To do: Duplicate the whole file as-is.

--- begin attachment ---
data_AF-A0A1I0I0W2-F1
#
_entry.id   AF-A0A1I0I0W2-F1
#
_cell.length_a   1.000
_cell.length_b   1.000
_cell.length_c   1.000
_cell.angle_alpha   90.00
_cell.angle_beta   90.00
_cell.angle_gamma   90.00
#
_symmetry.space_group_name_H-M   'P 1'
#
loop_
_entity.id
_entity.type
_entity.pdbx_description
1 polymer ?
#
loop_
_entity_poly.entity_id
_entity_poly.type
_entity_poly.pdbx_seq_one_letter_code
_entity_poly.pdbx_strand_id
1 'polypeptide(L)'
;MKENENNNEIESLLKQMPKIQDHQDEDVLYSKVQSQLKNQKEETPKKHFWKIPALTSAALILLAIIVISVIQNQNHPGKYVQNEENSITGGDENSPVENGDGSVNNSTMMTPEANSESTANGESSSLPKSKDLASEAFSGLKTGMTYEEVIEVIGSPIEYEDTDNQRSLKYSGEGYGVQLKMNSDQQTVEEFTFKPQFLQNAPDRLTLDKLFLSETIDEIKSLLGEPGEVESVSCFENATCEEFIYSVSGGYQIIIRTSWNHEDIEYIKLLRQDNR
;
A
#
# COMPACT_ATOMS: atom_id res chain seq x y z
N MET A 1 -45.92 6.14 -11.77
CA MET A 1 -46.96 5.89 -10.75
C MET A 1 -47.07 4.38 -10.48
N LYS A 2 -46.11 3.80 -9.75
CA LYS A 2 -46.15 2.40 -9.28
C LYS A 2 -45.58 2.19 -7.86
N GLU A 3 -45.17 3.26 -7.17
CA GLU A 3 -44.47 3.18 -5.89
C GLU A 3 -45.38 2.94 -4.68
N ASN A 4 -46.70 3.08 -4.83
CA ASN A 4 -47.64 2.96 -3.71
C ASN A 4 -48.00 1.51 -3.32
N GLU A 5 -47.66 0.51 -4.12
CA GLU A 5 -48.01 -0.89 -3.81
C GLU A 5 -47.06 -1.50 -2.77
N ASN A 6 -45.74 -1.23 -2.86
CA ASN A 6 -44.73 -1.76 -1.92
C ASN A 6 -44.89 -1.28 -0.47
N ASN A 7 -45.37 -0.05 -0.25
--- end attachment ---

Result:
data_AF-A0A1I0I0W2-F1
#
_entry.id   AF-A0A1I0I0W2-F1
#
_cell.length_a   1.000
_cell.length_b   1.000
_cell.length_c   1.000
_cell.angle_alpha   90.00
_cell.angle_beta   90.00
_cell.angle_gamma   90.00
#
_symmetry.space_group_name_H-M   'P 1'
#
loop_
_entity.id
_entity.type
_entity.pdbx_description
1 polymer ?
#
loop_
_entity_poly.entity_id
_entity_poly.type
_entity_poly.pdbx_seq_one_letter_code
_entity_poly.pdbx_strand_id
1 'polypeptide(L)'
;MKENENNNEIESLLKQMPKIQDHQDEDVLYSKVQSQLKNQKEETPKKHFWKIPALTSAALILLAIIVISVIQNQNHPGKYVQNEENSITGGDENSPVENGDGSVNNSTMMTPEANSESTANGESSSLPKSKDLASEAFSGLKTGMTYEEVIEVIGSPIEYEDTDNQRSLKYSGEGYGVQLKMNSDQQTVEEFTFKPQFLQNAPDRLTLDKLFLSETIDEIKSLLGEPGEVESVSCFENATCEEFIYSVSGGYQIIIRTSWNHEDIEYIKLLRQDNR
;
A
#
# COMPACT_ATOMS: atom_id res chain seq x y z
N MET A 1 -45.92 6.14 -11.77
CA MET A 1 -46.96 5.89 -10.75
C MET A 1 -47.07 4.38 -10.48
N LYS A 2 -46.11 3.80 -9.75
CA LYS A 2 -46.15 2.40 -9.28
C LYS A 2 -45.58 2.19 -7.86
N GLU A 3 -45.17 3.26 -7.17
CA GLU A 3 -44.47 3.18 -5.89
C GLU A 3 -45.38 2.94 -4.68
N ASN A 4 -46.70 3.08 -4.83
CA ASN A 4 -47.64 2.96 -3.71
C ASN A 4 -48.00 1.51 -3.32
N GLU A 5 -47.66 0.51 -4.12
CA GLU A 5 -48.01 -0.89 -3.81
C GLU A 5 -47.06 -1.50 -2.77
N ASN A 6 -45.74 -1.23 -2.86
CA ASN A 6 -44.73 -1.76 -1.92
C ASN A 6 -44.89 -1.28 -0.47
N ASN A 7 -45.37 -0.05 -0.25